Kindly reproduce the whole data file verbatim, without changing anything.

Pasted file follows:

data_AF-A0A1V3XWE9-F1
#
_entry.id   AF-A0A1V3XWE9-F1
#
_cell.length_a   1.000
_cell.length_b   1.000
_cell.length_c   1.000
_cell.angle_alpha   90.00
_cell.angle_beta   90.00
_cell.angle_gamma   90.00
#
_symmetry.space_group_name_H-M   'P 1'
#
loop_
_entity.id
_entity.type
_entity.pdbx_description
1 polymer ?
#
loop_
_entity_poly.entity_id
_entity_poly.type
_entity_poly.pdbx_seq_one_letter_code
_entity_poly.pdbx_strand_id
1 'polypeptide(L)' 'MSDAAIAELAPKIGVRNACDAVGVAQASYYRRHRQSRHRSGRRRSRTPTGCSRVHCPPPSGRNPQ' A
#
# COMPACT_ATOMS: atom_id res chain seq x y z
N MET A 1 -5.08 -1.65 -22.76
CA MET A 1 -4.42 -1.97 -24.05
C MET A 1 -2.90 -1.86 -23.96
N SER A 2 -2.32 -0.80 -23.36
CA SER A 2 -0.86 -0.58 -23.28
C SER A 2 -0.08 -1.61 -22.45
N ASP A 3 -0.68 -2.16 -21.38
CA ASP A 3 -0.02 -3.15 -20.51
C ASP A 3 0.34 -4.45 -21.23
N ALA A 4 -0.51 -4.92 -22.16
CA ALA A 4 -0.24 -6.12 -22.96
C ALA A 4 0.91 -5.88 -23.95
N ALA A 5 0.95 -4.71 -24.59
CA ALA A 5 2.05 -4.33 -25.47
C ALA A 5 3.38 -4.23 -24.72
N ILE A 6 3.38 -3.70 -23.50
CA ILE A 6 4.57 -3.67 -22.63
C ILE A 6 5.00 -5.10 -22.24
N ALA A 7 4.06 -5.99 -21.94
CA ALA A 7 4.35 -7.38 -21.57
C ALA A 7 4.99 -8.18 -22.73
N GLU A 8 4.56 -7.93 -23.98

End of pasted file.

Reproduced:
data_AF-A0A1V3XWE9-F1
#
_entry.id   AF-A0A1V3XWE9-F1
#
_cell.length_a   1.000
_cell.length_b   1.000
_cell.length_c   1.000
_cell.angle_alpha   90.00
_cell.angle_beta   90.00
_cell.angle_gamma   90.00
#
_symmetry.space_group_name_H-M   'P 1'
#
loop_
_entity.id
_entity.type
_entity.pdbx_description
1 polymer ?
#
loop_
_entity_poly.entity_id
_entity_poly.type
_entity_poly.pdbx_seq_one_letter_code
_entity_poly.pdbx_strand_id
1 'polypeptide(L)' 'MSDAAIAELAPKIGVRNACDAVGVAQASYYRRHRQSRHRSGRRRSRTPTGCSRVHCPPPSGRNPQ' A
#
# COMPACT_ATOMS: atom_id res chain seq x y z
N MET A 1 -5.08 -1.65 -22.76
CA MET A 1 -4.42 -1.97 -24.05
C MET A 1 -2.90 -1.86 -23.96
N SER A 2 -2.32 -0.80 -23.36
CA SER A 2 -0.86 -0.58 -23.28
C SER A 2 -0.08 -1.61 -22.45
N ASP A 3 -0.68 -2.16 -21.38
CA ASP A 3 -0.02 -3.15 -20.51
C ASP A 3 0.34 -4.45 -21.23
N ALA A 4 -0.51 -4.92 -22.16
CA ALA A 4 -0.24 -6.12 -22.96
C ALA A 4 0.91 -5.88 -23.95
N ALA A 5 0.95 -4.71 -24.59
CA ALA A 5 2.05 -4.33 -25.47
C ALA A 5 3.38 -4.23 -24.72
N ILE A 6 3.38 -3.70 -23.50
CA ILE A 6 4.57 -3.67 -22.63
C ILE A 6 5.00 -5.10 -22.24
N ALA A 7 4.06 -5.99 -21.94
CA ALA A 7 4.35 -7.38 -21.57
C ALA A 7 4.99 -8.18 -22.73
N GLU A 8 4.56 -7.93 -23.98